“But it was hard in them fields. Them girls would say, hey go up by the river in the shade of the trees, we’ll be through here in a minute. It was so hot and humid. They would give me a break as the youngest. They were all great musicians and good singers”.

On the new record, Tony strips back Jimmy Reed’s “Big Boss Man,” Lightnin’ Hopkins’ “Awful Dreams,” and Charley Patton’s “Down the Dirt Road Blues,” – his deep, in-yer-boots bass baritone growl of a voice and the less-is-more guitar work is as laid back and natural as it comes. Like he’s playing and singing just for you.

“I’ve always thought of myself as a blues musician, bottom line, because the blues is real, and I like to keep everything I do as real as it gets. So, I thought it was time to make a blues record that sounds the way I always loved the music”.

When Tony had good fortune with his first big royalty cheque for his songs “Polk Salad Annie” and “Rainy Night In Georgia”, his first thought was for his family and the hard life they lived on that cotton farm. So he splashed out circa $38,000 to buy them a house and move them all out of the farm. He was living in Corpus Christi, Texas at that time.

“I had been playing night clubs for $10 a night, and writing on the side trying to get something going. I finally got enough money saved and drove up to Nashville; I was going to Memphis but for some reason I just kept going.

“I don’t know why, because Memphis was a blues town. But most everybody in Nashville in the music stores and places would ask ‘what do you play?’ I’d say, it’s kind of swamp blues’, and they’d say well, you drove a long way for nothin’.

“There ain’t nothin’ but Country and Western here. That night I went out to a club and talked to the bouncer for a while, and he knew a guy who knew a guy who had a telephone number.

Mind-boggling cheque for $71,000

“I called that number next day, saw music publisher Bob Beckham, and he listened to a couple of my things and said go record on eight-track and let me hear your voice. It started right there and it went along for Polk and the whole album was coming out – his 1969 debut ‘Black and White’ – and it was amazing to make anything, when playing for $10 a night.

“My first real big cheque, I bought a house in Louisiana and Daddy and them left the farm. That house was around $38,000, a big old wooden-framed house. That was the first mind-boggling cheque: $71,000, from Polk and Brook Benton’s Rainy Night In Georgia.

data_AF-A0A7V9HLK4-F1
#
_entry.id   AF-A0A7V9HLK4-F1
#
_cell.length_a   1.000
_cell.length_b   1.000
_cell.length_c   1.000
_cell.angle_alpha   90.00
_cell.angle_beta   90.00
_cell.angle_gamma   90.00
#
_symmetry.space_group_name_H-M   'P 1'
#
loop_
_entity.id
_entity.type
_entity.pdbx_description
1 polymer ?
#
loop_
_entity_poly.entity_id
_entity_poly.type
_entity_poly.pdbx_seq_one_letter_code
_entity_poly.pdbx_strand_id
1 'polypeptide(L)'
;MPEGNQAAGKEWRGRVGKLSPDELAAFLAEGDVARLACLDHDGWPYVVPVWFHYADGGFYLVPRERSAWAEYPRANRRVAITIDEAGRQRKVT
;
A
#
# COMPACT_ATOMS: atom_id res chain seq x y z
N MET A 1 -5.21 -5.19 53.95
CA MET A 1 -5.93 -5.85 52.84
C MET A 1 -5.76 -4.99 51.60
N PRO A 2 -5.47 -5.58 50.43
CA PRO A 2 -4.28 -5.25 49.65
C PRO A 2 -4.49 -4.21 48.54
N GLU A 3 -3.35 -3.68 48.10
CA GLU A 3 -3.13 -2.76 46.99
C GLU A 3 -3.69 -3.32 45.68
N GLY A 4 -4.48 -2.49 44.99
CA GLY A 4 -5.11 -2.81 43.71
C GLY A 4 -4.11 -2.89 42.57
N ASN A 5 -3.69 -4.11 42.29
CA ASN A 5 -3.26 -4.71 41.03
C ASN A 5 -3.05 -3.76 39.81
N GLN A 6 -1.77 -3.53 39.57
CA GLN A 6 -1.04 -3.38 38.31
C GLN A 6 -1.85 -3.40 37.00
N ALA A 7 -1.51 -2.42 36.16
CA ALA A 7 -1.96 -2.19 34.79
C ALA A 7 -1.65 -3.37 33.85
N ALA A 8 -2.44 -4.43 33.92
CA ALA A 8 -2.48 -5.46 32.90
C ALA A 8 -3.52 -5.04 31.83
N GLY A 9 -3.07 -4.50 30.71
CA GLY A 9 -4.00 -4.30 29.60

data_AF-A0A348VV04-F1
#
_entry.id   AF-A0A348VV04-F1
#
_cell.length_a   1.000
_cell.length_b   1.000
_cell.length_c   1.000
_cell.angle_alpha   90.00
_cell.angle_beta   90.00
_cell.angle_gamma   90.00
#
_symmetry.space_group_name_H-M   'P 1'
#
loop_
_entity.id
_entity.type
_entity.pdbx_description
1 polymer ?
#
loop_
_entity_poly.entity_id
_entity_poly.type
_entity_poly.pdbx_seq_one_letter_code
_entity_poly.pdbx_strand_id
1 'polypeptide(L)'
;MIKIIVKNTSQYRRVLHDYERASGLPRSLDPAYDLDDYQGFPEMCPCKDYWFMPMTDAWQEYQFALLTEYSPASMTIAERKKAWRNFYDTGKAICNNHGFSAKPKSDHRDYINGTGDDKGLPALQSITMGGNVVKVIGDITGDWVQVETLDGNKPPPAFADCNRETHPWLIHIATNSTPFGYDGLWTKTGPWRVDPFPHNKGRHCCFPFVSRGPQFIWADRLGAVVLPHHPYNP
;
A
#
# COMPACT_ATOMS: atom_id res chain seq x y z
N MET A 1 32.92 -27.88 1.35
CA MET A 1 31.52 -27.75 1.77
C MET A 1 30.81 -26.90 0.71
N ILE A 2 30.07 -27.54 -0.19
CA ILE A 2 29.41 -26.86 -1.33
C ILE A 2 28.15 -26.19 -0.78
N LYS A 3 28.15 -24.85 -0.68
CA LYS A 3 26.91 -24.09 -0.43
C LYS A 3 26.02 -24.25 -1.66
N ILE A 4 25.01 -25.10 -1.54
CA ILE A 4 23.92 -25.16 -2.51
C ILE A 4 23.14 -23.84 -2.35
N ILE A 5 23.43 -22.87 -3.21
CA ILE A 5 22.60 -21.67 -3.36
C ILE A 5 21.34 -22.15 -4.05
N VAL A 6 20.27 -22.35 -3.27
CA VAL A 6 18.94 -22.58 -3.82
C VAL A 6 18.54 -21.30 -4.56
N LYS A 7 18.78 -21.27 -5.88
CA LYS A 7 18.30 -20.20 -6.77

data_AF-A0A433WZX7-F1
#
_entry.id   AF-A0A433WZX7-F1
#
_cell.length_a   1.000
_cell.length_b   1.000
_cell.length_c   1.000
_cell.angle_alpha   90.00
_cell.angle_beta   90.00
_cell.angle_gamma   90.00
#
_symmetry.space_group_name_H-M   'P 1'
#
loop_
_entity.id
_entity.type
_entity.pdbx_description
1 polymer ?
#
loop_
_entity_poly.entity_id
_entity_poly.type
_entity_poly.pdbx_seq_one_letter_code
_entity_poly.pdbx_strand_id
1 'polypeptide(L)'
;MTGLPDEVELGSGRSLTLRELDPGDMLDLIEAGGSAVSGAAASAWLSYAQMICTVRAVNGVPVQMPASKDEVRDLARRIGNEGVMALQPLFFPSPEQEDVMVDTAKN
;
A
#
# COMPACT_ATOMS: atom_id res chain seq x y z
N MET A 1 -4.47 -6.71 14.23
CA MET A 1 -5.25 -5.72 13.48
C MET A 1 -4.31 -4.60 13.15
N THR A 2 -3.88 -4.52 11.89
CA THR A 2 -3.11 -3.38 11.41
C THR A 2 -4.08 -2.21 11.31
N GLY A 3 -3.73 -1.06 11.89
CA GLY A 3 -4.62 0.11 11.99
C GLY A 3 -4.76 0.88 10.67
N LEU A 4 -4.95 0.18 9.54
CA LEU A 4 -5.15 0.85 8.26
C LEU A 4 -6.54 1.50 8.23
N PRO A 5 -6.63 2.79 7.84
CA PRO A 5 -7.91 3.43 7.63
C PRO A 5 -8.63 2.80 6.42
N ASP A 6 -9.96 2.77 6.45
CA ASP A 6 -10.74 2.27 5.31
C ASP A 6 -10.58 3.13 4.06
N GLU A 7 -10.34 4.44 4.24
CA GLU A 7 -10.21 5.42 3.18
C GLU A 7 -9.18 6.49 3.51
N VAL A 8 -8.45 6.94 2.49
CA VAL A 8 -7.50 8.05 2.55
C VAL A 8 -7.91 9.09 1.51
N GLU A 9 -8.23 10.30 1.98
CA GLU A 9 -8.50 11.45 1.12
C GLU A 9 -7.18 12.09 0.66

“I was 22 when I bought the house, and still playing the clubs in Texas. Then the tours started coming up and things started happening in Europe. I had a hit record in France, ‘Soul Francisco’.

“So, a lot of things started happening all at once and it was mind boggling for me, but I stayed close to my guitar and just tried to write songs”. And write songs he did. Tina Turner helped Tony bank a few more mind boggling cheques when she cut “Steamy Windows”.

At 75, why a blues album and why now? “Well you know, it started with the blues for me in the early days and I always admired those guys. Lightnin’ Hopkins and John Lee Hooker and people like that.

“I thought, one of these days I’m gonna get a chance to put it on a record and show ‘em how much I liked ‘em. And it all worked out perfect, because I moved my studio from town, from Franklin, and moved it out here to my house and the barn.

“We fixed two rooms up in the barn, with a lot of wood, and a good sound, and it sounds real authentic you know. A little acoustic guitar, little electric here and there, couple of songs with drums and that’s about it”.

The catalyst to the album was Tony’s son Jody, who produced it, finding a reel to reel tape tucked away in a drawer from back in the day, and being blown away by the blues songs on it.  The title track was one of them. “Sundown Blues” on there too, both cut in 1966 for a local label in Corpus Christi, Texas.

He is mostly solo with just voice and guitar on this record, a smattering of harmonica. Regular drummer Bryan Owings joins him on some tracks, and bassist Steve Forrest also joins the duo on two numbers.